At first the book was factual, then suddenly after getting into the WEF the author claims Trump was in bed with the Globalists when he is on video saying exactly the opposite. Tried to listen past that conflicting BS but he kept going on more rants about "orange man bad" style CNN drama. No idea how I was conned into paying for this book as it is closer to false advertising than a factual account about Davos and Globalist corruption. Wish I could get a refund.

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Required reading for compassionate compatriots.

While many professed to dislike this book, to me Mr. Goodman is just saying what is obvious that we continue to feed the insatiable need for money.

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  • Neil Green
  • 04-11-22

Excellent book.

This is a must read for anyone wanting to understand the modern world. I disagree with the author's conclusion.

1 person found this helpful

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  • Andy
  • 03-06-22

Hugely left wing

The book is hugely emotional and unfounded in facts. I was expecting a balanced description of the mega rich, instead it’s an attack on the wealthy without balance and reason.

1 person found this helpful

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  • Paul Darlow
  • 04-12-22

Reasonable listen

Good account of today’s Plutocracy. I would recommend reading or listening to The Shock Doctrine by Naomi Klein first as Davos man sheds more light on the financial web the rich and the governments are weaving.

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  • Anonymous User
  • 04-01-22

Insightful and productive with a pinch of misleading title

READ THIS REVIEW IF YOU ARE WONDERING IF THIS BOOK REVEALS THE INNER WORKING AND DEEP IDEOLOGIES OF THE GLOBALIST AGENDA!!!

It doesn’t.
But what it lacks in dark conspiratorial intrigue and it made up for in a useful and productive summary behind some of the most wealthy people!

If you’re expecting to find out how Kissinger and a few other academic ideologues groomed Klaus Schwab to found the WEF through dark CIA and Mossad money under the cover of Harvard to lead a new world order of globalists based on some strange neo-communist Leninism global governance ideology enabled by Hararian bio-futurist technologies; this is not the book for you.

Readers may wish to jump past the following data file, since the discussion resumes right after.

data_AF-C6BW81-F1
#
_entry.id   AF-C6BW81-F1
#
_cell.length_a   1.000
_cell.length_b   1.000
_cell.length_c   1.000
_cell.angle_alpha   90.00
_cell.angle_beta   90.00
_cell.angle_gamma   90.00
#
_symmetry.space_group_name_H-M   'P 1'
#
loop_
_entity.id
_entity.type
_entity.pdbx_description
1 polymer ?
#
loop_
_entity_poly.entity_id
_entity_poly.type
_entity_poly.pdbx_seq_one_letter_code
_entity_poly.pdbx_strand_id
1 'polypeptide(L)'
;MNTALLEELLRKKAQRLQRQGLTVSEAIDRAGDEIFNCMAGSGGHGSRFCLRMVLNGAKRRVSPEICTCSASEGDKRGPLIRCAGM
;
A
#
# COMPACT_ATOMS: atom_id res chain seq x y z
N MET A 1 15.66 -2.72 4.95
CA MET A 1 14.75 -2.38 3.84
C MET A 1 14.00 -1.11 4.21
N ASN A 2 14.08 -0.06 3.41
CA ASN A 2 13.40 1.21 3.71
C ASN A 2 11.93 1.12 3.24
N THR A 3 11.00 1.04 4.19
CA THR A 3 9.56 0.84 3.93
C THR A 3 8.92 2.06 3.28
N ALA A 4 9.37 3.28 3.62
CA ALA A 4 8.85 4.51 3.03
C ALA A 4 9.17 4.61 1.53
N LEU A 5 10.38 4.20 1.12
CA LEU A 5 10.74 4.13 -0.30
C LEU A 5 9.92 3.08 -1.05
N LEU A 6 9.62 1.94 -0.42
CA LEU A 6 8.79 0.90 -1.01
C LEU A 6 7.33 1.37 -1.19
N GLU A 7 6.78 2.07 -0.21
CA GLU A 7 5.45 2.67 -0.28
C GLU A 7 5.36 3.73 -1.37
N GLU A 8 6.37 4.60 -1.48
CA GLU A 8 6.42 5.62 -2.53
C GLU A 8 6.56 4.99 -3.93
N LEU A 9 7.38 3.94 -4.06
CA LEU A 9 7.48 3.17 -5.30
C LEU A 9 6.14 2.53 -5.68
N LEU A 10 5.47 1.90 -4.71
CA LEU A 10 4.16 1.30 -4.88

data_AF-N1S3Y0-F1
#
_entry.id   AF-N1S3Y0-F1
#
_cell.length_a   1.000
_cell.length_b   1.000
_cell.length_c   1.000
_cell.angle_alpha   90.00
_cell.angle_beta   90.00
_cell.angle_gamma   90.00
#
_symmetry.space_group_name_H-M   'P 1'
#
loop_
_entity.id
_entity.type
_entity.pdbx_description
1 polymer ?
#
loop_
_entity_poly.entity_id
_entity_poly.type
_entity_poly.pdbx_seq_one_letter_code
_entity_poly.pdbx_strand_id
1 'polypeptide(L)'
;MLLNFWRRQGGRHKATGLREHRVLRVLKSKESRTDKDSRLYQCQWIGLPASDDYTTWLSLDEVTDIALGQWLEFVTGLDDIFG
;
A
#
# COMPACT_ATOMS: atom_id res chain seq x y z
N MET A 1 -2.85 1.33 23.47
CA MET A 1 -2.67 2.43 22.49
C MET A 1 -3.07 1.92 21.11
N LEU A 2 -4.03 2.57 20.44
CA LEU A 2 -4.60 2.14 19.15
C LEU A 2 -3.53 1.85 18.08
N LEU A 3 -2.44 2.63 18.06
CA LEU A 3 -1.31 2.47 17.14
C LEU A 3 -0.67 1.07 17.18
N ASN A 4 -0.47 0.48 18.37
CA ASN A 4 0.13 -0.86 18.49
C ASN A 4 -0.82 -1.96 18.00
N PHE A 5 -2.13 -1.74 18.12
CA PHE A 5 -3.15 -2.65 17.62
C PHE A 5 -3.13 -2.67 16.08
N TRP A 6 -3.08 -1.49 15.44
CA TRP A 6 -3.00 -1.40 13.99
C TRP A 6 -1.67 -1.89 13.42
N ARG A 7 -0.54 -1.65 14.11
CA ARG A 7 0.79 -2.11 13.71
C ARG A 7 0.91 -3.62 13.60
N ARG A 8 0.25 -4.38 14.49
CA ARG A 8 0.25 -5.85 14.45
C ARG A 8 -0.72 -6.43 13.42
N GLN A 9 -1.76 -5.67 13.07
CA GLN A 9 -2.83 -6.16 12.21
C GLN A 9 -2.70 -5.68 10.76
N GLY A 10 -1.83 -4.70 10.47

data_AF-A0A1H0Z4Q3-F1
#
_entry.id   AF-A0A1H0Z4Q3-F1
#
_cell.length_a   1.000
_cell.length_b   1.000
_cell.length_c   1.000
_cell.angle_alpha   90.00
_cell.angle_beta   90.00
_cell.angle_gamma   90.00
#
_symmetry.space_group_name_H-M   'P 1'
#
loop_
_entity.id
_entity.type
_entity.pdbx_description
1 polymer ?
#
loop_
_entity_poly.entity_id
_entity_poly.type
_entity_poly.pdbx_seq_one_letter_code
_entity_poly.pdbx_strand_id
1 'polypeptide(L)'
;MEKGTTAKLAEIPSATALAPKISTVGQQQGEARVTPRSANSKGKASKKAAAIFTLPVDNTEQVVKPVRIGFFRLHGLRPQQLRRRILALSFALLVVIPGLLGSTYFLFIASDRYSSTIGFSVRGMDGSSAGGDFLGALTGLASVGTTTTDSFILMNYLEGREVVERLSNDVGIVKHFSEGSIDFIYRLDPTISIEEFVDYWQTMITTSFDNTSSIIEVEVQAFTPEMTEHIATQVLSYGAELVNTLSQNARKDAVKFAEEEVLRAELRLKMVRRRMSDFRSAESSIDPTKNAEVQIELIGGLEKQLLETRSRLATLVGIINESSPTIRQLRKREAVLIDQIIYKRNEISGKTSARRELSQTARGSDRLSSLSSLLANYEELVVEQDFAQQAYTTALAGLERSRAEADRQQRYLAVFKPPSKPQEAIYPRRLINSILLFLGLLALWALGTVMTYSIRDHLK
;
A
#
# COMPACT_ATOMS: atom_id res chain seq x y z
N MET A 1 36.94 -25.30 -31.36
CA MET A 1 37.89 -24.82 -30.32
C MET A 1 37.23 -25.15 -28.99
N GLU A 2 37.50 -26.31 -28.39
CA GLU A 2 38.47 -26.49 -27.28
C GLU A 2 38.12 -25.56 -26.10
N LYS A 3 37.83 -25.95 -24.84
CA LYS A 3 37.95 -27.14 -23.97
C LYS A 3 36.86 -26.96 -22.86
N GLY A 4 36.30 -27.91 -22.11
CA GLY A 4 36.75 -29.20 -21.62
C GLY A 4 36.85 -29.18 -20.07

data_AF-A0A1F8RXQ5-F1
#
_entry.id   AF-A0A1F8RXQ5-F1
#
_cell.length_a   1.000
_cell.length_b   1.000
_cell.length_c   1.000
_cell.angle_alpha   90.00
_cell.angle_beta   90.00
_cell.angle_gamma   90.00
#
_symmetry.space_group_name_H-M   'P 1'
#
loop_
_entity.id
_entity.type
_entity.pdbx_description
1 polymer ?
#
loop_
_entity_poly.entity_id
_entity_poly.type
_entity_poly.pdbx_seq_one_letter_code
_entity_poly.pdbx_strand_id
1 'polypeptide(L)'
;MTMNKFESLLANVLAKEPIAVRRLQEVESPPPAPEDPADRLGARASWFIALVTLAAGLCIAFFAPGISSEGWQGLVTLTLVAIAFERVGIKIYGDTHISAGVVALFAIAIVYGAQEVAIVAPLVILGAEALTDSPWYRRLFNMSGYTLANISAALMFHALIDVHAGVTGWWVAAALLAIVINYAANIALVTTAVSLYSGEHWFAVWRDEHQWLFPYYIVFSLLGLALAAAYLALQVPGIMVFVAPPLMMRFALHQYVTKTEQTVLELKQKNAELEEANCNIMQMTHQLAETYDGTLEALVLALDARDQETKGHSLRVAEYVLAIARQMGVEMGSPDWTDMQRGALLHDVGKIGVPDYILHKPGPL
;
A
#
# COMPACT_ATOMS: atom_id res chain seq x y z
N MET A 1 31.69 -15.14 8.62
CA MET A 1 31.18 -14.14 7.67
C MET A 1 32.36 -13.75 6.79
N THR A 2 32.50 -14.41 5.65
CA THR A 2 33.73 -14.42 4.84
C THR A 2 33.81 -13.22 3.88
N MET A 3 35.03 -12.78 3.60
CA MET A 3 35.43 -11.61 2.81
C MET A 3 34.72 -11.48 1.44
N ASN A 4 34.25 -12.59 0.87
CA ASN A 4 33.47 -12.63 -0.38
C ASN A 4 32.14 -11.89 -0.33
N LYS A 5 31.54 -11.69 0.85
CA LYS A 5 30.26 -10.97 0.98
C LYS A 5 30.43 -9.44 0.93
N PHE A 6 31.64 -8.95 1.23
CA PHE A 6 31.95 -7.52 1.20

However if you want to understand why Trump is a greedy dud, and Biden kinda does want to fix the problem of inequality in the USA, then this is TOTALLY the book for you!

I learnt a lot, and I feel the title and blurb were misleading mainly because of the repeated mention of DJ Trump, who after completing the book I agree is a greedy populist narcissist willing to sell out to Fink et al, but is NOT a ‘Davos man’ as I imagine the term per. Whereas Biden, who sits on the Board of Trustees of Davos native World Economic Forum is given a soft touch comparatively.

Regardless I’m not from USA and I think Trump and Biden are both bad, so the political slights were just bothersome.

It’s the NYT touch, pervasive as hell I know long time veteran MD Axtell probably can’t help the political hit jobs, even in a book about Davos men!

I like how it focussed on economics, greed, ego, exploitation in a thorough and investigative way especially with regard to the financial corruption of politicians from Italy to Argentina! I like that Axtell gave cursor jabs at how these ‘Davos men’ would do anything for profit, especially off crises, and justify it any which way.

I would’ve preferred it to be more ideologically focussed around the foundation and philosophy behind the Davos phenomena that is becoming a large part of our global governance framework, and while the conclusions were thorough, the potential for tax or even democracy to solve the problem of wealth inequality is rapidly evaporating in my opinion.

This book gets 5 points to billionaire play boys but half a point to deep philosophical protégés, brain childs, and power brokers behind the usher of the New World Order or whatever catch line they give it next.